Are trademarks “intellectual property”? There’s a debate for another time and place. Meanwhile, however, there is a move afoot in Congress to relocate the Lanham Act, moving it from Title 15 of the United States Code over to Title 35, where the Patent Act lives.
The explanation that accompanies a discussion draft of the proposed legislation reads, in part:
To reflect the emergence of intellectual property law as a distinct field of law, the bill consolidates the Lanham Act, governing trademarks, and various other provisions of law relating to intellectual property with the patents title. To restate these various provisions of law as a cohesive unit, it is necessary to make minor changes in the organization of the title.
One wonders what mischief this language might cause down the road.
There’s more, however. The National Law Journal (sadly, not available online) has carried an exchange of letters on the wisdom of the change. Tom McCarthy, author of McCarthy on Trademarks and Unfair Competition, opposes it; in the August 28 issue, Peter LeFevre, identified as law revision counsel to the U.S. House of Representatives, explains that the change is nothing more than Congress continuing its practice of “enacting individual titles of the code into positive law.” Mr. LeFevre is apparently using the phrase “positive law” in a very restrictive sense: Titles of the U.S. Code that are enacted as “positive law” are presumptive evidence of the content of the law; titles not so enacted are merely prima facie evidence of the content of the law.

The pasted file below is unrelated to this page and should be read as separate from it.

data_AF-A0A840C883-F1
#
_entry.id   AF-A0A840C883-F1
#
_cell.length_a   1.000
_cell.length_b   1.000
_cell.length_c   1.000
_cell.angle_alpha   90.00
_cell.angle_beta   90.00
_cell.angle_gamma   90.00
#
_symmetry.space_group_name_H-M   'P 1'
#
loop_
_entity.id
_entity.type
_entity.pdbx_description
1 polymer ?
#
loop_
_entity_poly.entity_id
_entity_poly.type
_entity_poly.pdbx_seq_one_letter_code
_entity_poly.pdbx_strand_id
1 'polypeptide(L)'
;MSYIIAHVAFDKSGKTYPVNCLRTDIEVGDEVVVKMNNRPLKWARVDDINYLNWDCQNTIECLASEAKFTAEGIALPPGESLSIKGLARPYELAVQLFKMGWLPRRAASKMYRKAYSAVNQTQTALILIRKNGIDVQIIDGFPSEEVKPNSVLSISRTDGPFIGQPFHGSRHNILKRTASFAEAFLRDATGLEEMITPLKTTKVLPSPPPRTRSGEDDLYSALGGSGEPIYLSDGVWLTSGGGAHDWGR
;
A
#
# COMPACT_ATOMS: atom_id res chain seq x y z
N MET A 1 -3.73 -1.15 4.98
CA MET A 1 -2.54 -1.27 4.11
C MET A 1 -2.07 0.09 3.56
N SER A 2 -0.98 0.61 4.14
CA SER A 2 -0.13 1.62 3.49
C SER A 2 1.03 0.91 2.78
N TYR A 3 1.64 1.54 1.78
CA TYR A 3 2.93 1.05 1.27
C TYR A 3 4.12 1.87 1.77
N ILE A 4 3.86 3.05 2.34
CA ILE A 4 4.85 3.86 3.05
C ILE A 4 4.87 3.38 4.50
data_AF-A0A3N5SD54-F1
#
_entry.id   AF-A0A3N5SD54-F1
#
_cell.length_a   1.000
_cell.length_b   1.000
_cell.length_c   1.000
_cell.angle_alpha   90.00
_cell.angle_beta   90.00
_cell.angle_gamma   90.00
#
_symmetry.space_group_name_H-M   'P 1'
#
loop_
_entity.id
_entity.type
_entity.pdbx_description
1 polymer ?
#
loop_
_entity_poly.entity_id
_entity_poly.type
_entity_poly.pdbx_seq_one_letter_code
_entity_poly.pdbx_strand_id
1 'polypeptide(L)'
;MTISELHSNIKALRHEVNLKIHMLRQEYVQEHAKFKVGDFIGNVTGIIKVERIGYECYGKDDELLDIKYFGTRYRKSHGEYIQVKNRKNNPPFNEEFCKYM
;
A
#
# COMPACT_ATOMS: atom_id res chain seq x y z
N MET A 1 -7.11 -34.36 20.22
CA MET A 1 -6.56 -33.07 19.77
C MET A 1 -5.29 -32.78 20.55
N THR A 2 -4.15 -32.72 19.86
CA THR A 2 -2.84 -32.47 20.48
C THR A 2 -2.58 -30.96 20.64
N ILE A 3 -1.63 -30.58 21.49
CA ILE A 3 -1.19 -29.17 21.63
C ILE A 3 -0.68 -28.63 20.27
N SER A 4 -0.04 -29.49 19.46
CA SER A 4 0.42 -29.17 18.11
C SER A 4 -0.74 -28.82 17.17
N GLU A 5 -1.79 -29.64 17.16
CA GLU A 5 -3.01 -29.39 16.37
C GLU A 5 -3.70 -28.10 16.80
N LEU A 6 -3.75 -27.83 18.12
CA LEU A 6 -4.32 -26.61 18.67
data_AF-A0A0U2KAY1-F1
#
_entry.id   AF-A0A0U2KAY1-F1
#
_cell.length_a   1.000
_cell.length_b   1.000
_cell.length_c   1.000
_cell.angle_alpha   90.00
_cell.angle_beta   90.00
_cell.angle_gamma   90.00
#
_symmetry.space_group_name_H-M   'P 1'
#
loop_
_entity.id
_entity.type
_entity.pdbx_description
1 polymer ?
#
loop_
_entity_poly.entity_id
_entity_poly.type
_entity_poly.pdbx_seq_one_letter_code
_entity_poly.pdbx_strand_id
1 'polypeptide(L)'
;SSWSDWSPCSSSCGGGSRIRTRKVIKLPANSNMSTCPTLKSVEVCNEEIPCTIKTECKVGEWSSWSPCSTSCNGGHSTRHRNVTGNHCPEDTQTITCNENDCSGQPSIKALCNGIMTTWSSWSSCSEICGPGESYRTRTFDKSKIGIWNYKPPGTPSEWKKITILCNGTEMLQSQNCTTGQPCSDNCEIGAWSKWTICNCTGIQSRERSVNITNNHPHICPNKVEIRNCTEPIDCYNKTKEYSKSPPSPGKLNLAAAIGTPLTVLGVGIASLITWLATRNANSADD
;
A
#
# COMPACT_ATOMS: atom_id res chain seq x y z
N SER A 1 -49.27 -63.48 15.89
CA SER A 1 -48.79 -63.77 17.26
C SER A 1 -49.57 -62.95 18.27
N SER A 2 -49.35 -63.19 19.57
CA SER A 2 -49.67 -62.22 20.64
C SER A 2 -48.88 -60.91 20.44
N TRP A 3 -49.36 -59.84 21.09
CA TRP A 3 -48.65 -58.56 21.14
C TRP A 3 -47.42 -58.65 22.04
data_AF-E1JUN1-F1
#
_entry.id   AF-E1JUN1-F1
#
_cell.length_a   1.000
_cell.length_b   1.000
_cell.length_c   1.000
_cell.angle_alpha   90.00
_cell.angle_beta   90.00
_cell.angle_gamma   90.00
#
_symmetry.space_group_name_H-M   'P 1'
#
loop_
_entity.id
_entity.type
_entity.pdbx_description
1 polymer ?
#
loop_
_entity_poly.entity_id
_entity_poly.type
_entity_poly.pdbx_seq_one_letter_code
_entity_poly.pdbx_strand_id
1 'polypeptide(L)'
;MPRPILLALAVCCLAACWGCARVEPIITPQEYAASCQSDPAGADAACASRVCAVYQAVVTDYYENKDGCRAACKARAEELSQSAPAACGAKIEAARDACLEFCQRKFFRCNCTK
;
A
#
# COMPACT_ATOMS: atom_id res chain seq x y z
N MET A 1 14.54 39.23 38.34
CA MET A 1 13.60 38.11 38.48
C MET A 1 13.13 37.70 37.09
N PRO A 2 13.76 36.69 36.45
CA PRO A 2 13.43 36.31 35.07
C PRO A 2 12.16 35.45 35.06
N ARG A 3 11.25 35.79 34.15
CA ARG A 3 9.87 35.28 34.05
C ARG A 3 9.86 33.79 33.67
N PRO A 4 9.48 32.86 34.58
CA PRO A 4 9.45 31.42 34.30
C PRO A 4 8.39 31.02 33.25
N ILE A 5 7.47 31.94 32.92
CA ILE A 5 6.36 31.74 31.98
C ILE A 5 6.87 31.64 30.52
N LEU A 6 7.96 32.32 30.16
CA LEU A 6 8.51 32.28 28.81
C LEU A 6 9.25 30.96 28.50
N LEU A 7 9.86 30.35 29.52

Over the last 50 years or so, has the fact that the Lanham Act has not been enacted as positive law ever caused a problem — for trademark lawyers, the Trademark Office, or the courts?